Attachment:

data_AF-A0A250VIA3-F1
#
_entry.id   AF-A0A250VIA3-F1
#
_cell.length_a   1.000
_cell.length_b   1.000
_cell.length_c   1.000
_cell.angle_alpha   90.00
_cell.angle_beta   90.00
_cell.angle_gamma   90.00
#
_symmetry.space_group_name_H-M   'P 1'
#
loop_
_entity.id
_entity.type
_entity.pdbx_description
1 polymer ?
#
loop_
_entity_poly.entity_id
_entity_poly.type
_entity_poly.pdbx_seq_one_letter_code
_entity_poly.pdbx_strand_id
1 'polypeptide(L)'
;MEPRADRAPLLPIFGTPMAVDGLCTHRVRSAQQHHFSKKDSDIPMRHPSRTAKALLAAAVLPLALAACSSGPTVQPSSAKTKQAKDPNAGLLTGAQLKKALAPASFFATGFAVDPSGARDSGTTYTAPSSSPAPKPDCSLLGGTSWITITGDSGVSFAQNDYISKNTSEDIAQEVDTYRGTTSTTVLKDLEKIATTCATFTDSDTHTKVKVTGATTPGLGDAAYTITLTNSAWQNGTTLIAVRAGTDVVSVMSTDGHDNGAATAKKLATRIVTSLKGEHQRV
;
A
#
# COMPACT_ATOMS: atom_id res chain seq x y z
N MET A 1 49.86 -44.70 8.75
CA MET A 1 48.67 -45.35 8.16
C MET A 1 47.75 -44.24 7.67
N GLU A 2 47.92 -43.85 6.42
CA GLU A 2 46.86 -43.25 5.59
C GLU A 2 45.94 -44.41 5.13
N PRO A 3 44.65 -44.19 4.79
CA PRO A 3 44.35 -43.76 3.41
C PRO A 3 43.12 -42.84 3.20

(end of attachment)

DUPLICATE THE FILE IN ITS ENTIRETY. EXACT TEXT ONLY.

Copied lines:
data_AF-A0A250VIA3-F1
#
_entry.id   AF-A0A250VIA3-F1
#
_cell.length_a   1.000
_cell.length_b   1.000
_cell.length_c   1.000
_cell.angle_alpha   90.00
_cell.angle_beta   90.00
_cell.angle_gamma   90.00
#
_symmetry.space_group_name_H-M   'P 1'
#
loop_
_entity.id
_entity.type
_entity.pdbx_description
1 polymer ?
#
loop_
_entity_poly.entity_id
_entity_poly.type
_entity_poly.pdbx_seq_one_letter_code
_entity_poly.pdbx_strand_id
1 'polypeptide(L)'
;MEPRADRAPLLPIFGTPMAVDGLCTHRVRSAQQHHFSKKDSDIPMRHPSRTAKALLAAAVLPLALAACSSGPTVQPSSAKTKQAKDPNAGLLTGAQLKKALAPASFFATGFAVDPSGARDSGTTYTAPSSSPAPKPDCSLLGGTSWITITGDSGVSFAQNDYISKNTSEDIAQEVDTYRGTTSTTVLKDLEKIATTCATFTDSDTHTKVKVTGATTPGLGDAAYTITLTNSAWQNGTTLIAVRAGTDVVSVMSTDGHDNGAATAKKLATRIVTSLKGEHQRV
;
A
#
# COMPACT_ATOMS: atom_id res chain seq x y z
N MET A 1 49.86 -44.70 8.75
CA MET A 1 48.67 -45.35 8.16
C MET A 1 47.75 -44.24 7.67
N GLU A 2 47.92 -43.85 6.42
CA GLU A 2 46.86 -43.25 5.59
C GLU A 2 45.94 -44.41 5.13
N PRO A 3 44.65 -44.19 4.79
CA PRO A 3 44.35 -43.76 3.41
C PRO A 3 43.12 -42.84 3.20